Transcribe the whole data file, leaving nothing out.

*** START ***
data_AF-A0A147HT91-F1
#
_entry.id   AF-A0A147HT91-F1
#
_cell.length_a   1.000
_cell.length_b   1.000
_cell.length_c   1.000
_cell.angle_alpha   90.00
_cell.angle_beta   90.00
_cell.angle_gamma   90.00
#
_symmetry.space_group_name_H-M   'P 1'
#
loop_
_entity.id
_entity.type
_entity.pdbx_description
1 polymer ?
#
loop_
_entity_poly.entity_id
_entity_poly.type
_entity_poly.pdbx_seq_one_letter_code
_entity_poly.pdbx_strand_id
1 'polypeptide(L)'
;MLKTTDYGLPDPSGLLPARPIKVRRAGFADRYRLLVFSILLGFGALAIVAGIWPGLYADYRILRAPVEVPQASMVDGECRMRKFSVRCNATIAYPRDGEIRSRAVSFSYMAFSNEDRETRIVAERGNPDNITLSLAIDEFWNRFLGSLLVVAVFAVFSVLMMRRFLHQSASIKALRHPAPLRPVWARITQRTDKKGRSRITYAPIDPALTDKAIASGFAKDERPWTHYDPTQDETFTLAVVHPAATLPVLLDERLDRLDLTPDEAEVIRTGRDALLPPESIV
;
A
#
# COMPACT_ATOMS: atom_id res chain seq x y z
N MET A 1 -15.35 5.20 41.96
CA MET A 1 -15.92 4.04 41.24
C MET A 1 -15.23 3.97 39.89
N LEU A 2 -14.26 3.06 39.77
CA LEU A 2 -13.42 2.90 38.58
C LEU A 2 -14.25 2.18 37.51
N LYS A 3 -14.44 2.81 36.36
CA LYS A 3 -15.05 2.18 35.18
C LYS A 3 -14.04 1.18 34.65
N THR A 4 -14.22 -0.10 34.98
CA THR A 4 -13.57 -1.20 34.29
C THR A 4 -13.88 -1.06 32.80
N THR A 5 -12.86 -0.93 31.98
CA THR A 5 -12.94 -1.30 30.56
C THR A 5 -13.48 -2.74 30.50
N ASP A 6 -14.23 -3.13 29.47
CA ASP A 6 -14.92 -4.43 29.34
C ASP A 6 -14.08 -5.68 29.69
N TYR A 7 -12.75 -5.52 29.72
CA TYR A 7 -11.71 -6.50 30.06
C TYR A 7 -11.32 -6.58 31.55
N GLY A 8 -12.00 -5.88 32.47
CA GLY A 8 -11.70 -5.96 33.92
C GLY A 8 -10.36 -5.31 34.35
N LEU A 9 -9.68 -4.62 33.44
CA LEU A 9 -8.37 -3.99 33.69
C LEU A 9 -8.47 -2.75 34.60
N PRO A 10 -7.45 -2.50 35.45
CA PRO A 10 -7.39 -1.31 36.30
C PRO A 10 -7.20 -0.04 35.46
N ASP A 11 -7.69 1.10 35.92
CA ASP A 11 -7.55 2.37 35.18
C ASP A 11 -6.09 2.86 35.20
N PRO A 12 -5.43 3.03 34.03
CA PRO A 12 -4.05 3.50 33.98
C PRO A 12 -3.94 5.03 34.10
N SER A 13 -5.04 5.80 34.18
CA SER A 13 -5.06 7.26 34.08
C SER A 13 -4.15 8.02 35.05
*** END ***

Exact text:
data_AF-A0A147HT91-F1
#
_entry.id   AF-A0A147HT91-F1
#
_cell.length_a   1.000
_cell.length_b   1.000
_cell.length_c   1.000
_cell.angle_alpha   90.00
_cell.angle_beta   90.00
_cell.angle_gamma   90.00
#
_symmetry.space_group_name_H-M   'P 1'
#
loop_
_entity.id
_entity.type
_entity.pdbx_description
1 polymer ?
#
loop_
_entity_poly.entity_id
_entity_poly.type
_entity_poly.pdbx_seq_one_letter_code
_entity_poly.pdbx_strand_id
1 'polypeptide(L)'
;MLKTTDYGLPDPSGLLPARPIKVRRAGFADRYRLLVFSILLGFGALAIVAGIWPGLYADYRILRAPVEVPQASMVDGECRMRKFSVRCNATIAYPRDGEIRSRAVSFSYMAFSNEDRETRIVAERGNPDNITLSLAIDEFWNRFLGSLLVVAVFAVFSVLMMRRFLHQSASIKALRHPAPLRPVWARITQRTDKKGRSRITYAPIDPALTDKAIASGFAKDERPWTHYDPTQDETFTLAVVHPAATLPVLLDERLDRLDLTPDEAEVIRTGRDALLPPESIV
;
A
#
# COMPACT_ATOMS: atom_id res chain seq x y z
N MET A 1 -15.35 5.20 41.96
CA MET A 1 -15.92 4.04 41.24
C MET A 1 -15.23 3.97 39.89
N LEU A 2 -14.26 3.06 39.77
CA LEU A 2 -13.42 2.90 38.58
C LEU A 2 -14.25 2.18 37.51
N LYS A 3 -14.44 2.81 36.36
CA LYS A 3 -15.05 2.18 35.18
C LYS A 3 -14.04 1.18 34.65
N THR A 4 -14.22 -0.10 34.98
CA THR A 4 -13.57 -1.20 34.29
C THR A 4 -13.88 -1.06 32.80
N THR A 5 -12.86 -0.93 31.98
CA THR A 5 -12.94 -1.30 30.56
C THR A 5 -13.48 -2.74 30.50
N ASP A 6 -14.23 -3.13 29.47
CA ASP A 6 -14.92 -4.43 29.34
C ASP A 6 -14.08 -5.68 29.69
N TYR A 7 -12.75 -5.52 29.72
CA TYR A 7 -11.71 -6.50 30.06
C TYR A 7 -11.32 -6.58 31.55
N GLY A 8 -12.00 -5.88 32.47
CA GLY A 8 -11.70 -5.96 33.92
C GLY A 8 -10.36 -5.31 34.35
N LEU A 9 -9.68 -4.62 33.44
CA LEU A 9 -8.37 -3.99 33.69
C LEU A 9 -8.47 -2.75 34.60
N PRO A 10 -7.45 -2.50 35.45
CA PRO A 10 -7.39 -1.31 36.30
C PRO A 10 -7.20 -0.04 35.46
N ASP A 11 -7.69 1.10 35.92
CA ASP A 11 -7.55 2.37 35.18
C ASP A 11 -6.09 2.86 35.20
N PRO A 12 -5.43 3.03 34.03
CA PRO A 12 -4.05 3.50 33.98
C PRO A 12 -3.94 5.03 34.10
N SER A 13 -5.04 5.80 34.18
CA SER A 13 -5.06 7.26 34.08
C SER A 13 -4.15 8.02 35.05